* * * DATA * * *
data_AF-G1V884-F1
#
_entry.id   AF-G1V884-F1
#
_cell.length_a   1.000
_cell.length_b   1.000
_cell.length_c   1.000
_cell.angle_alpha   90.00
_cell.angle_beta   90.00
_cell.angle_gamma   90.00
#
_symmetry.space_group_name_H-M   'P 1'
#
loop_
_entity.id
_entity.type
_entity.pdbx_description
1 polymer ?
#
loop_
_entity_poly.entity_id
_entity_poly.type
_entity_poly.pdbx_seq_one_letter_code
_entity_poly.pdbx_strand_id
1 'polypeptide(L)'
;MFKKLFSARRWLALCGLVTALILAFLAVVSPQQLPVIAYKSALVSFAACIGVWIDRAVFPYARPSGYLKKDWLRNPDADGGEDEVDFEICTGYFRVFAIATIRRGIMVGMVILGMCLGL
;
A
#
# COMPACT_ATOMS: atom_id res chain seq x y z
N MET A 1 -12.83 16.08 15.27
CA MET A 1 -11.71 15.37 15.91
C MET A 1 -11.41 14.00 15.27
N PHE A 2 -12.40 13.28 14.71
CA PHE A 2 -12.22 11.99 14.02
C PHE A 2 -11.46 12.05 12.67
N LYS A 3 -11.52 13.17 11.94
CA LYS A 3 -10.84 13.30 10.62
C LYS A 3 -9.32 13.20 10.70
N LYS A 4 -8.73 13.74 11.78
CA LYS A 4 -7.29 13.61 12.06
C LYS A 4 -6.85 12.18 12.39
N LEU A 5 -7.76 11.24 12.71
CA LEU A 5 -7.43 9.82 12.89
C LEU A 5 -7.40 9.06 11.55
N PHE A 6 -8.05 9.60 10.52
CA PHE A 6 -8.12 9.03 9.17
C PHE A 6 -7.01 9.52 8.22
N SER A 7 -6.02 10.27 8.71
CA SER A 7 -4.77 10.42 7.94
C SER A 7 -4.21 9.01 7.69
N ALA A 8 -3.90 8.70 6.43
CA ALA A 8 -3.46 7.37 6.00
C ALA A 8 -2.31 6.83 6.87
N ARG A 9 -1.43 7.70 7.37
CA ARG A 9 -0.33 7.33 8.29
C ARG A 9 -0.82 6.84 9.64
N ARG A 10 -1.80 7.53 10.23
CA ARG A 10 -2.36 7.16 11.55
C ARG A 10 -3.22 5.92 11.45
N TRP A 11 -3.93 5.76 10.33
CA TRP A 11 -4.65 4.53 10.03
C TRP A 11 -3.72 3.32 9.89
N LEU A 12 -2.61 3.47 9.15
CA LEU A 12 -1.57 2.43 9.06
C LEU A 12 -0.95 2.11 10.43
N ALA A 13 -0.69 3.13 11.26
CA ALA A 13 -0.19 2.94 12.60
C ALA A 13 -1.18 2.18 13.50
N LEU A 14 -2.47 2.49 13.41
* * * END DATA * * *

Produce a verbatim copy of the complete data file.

data_AF-G1V884-F1
#
_entry.id   AF-G1V884-F1
#
_cell.length_a   1.000
_cell.length_b   1.000
_cell.length_c   1.000
_cell.angle_alpha   90.00
_cell.angle_beta   90.00
_cell.angle_gamma   90.00
#
_symmetry.space_group_name_H-M   'P 1'
#
loop_
_entity.id
_entity.type
_entity.pdbx_description
1 polymer ?
#
loop_
_entity_poly.entity_id
_entity_poly.type
_entity_poly.pdbx_seq_one_letter_code
_entity_poly.pdbx_strand_id
1 'polypeptide(L)'
;MFKKLFSARRWLALCGLVTALILAFLAVVSPQQLPVIAYKSALVSFAACIGVWIDRAVFPYARPSGYLKKDWLRNPDADGGEDEVDFEICTGYFRVFAIATIRRGIMVGMVILGMCLGL
;
A
#
# COMPACT_ATOMS: atom_id res chain seq x y z
N MET A 1 -12.83 16.08 15.27
CA MET A 1 -11.71 15.37 15.91
C MET A 1 -11.41 14.00 15.27
N PHE A 2 -12.40 13.28 14.71
CA PHE A 2 -12.22 11.99 14.02
C PHE A 2 -11.46 12.05 12.67
N LYS A 3 -11.52 13.17 11.94
CA LYS A 3 -10.84 13.30 10.62
C LYS A 3 -9.32 13.20 10.70
N LYS A 4 -8.73 13.74 11.78
CA LYS A 4 -7.29 13.61 12.06
C LYS A 4 -6.85 12.18 12.39
N LEU A 5 -7.76 11.24 12.71
CA LEU A 5 -7.43 9.82 12.89
C LEU A 5 -7.40 9.06 11.55
N PHE A 6 -8.05 9.60 10.52
CA PHE A 6 -8.12 9.03 9.17
C PHE A 6 -7.01 9.52 8.22
N SER A 7 -6.02 10.27 8.71
CA SER A 7 -4.77 10.42 7.94
C SER A 7 -4.21 9.01 7.69
N ALA A 8 -3.90 8.70 6.43
CA ALA A 8 -3.46 7.37 6.00
C ALA A 8 -2.31 6.83 6.87
N ARG A 9 -1.43 7.70 7.37
CA ARG A 9 -0.33 7.33 8.29
C ARG A 9 -0.82 6.84 9.64
N ARG A 10 -1.80 7.53 10.23
CA ARG A 10 -2.36 7.16 11.55
C ARG A 10 -3.22 5.92 11.45
N TRP A 11 -3.93 5.76 10.33
CA TRP A 11 -4.65 4.53 10.03
C TRP A 11 -3.72 3.32 9.89
N LEU A 12 -2.61 3.47 9.15
CA LEU A 12 -1.57 2.43 9.06
C LEU A 12 -0.95 2.11 10.43
N ALA A 13 -0.69 3.13 11.26
CA ALA A 13 -0.19 2.94 12.60
C ALA A 13 -1.18 2.18 13.50
N LEU A 14 -2.47 2.49 13.41